In this case, the unfree woman was the daughter of a mother who needed special care. The daughter complains that she does not live and is only tied to her mother whose condition does not change.

Suggestions and messages thus emerge that provide food for thought and perhaps may even prompt awareness and action. One of them is about the unconscious but well understood need of each of the unfree women to serve freedom, to be a free spirit. Compromise with freedom leads to consent to endure violence, which is almost always unnecessary and pointless because the sacrifice is not appreciated by anyone.

The other message is about the pathology of power and trauma in any age. Once it was the Stalinists, then the secret services, then public opinion, and finally the corporations. In the face of all power, the common man is helpless and alone. We can guess that power enables him to satiate his own emptiness or powerlessness, and so he fails to develop in himself the character and personality to relate adequately to the unfree woman and for her to become free.

The societal picture drawn by Disappearing is joyless. At the end of the play, each of the characters announces when and how they lived out the rest of their lives and died without leaving a trace. In a way we are looking at the characters with the eyes of the director or playwright. And it’s a logical question of what we, the viewers, should do so that we aren’t another “disappearing” ones too. If we believe the spirit of the show, the true love could perhaps tame the all-powerful authority and overcome the alienation it imposes. But is this message catching up with us at a time when we have already learned too many wrong lessons just like the characters in the show? And how can we forget or rewrite them?

Two curious details make the show one with multilayered messages. The first is that the people in each era are the different generations of a family. That is, we are dealing with a transgenerational trauma defining women’s inability to be free. The second is that the play is set among the Romanian German-speaking community, to which Elise Wilk herself belongs. The characters are Romanians with a natural predisposition to travel and live in Germany. They have another place to escape to and still somehow feel like they belong.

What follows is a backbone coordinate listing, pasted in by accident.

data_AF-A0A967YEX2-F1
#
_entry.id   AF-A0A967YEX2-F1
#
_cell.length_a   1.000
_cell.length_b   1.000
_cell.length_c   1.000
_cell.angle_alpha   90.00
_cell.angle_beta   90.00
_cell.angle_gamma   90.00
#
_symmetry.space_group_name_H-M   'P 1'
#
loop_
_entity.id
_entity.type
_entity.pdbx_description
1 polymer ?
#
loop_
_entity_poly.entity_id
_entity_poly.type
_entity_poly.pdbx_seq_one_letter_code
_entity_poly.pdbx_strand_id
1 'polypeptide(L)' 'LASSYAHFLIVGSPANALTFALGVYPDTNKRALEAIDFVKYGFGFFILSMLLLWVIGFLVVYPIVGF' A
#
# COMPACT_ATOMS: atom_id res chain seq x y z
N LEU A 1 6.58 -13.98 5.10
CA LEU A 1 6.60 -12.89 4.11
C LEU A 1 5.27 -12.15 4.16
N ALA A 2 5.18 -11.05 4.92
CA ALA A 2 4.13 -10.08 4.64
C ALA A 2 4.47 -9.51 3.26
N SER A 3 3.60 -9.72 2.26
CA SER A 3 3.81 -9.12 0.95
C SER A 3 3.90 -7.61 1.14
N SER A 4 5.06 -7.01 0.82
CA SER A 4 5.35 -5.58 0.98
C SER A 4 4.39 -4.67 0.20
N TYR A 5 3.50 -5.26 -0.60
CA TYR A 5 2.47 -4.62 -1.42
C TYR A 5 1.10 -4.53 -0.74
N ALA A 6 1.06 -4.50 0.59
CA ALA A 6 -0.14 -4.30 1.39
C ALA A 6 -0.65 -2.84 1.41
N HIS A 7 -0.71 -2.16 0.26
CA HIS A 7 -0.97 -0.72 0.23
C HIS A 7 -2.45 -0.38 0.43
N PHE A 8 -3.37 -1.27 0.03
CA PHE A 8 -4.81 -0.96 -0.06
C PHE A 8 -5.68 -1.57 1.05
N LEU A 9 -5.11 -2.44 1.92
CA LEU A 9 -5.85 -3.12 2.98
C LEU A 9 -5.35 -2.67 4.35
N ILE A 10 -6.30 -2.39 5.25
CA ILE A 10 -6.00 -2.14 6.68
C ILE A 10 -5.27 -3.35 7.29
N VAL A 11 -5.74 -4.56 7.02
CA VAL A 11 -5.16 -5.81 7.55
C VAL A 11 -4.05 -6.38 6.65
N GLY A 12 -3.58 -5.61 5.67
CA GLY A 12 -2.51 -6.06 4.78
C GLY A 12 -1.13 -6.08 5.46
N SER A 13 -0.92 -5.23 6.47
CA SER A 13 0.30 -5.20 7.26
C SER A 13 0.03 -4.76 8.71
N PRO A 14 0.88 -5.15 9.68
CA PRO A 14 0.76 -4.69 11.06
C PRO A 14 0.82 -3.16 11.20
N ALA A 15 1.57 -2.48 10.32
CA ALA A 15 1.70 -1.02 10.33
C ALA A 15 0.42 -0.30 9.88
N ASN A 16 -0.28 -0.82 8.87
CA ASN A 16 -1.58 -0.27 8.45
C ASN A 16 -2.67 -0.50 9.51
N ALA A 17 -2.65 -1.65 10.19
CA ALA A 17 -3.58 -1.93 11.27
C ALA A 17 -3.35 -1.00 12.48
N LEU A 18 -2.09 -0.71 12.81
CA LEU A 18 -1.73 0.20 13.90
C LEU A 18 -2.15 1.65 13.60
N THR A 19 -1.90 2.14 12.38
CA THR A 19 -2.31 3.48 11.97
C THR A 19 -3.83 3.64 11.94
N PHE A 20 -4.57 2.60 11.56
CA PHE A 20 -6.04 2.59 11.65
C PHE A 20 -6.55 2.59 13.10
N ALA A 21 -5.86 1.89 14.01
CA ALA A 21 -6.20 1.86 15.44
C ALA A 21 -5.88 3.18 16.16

From two independent sources, I learned that the director Dumitru Acriș has significantly altered the original text of the play. I wonder what the differences are with the production of Disappearing at the Romanian theatres in Târgu Mureș and Sfântu Gheorghe. My conclusion – the ability to self-define, including through rebellion, can make us human, leaving a mark on this world. This is what the performance of the Ruse theatre left in me.

I end with Elise Wilk’s words about her own writing:

“I’ve been writing fiction since I was 8 and plays since I was a teenager, so stories have always been a part of my life. I believe the human need to tell and listen to stories will never go away. That’s why I believe a play should, first and foremost, tell a story. And since all stories have already been told, as a playwright I am always on the lookout for new structures and new ways to tell stories. A theatrical text is a house, and I am its architect. The architecture of a text is very important to me, and I try to build my plays like musical compositions, where each character has their own voice.”

The void between people is huge in the play Disappearing of the Ruse Drama Theatre (source: Ruse Drama Theatre)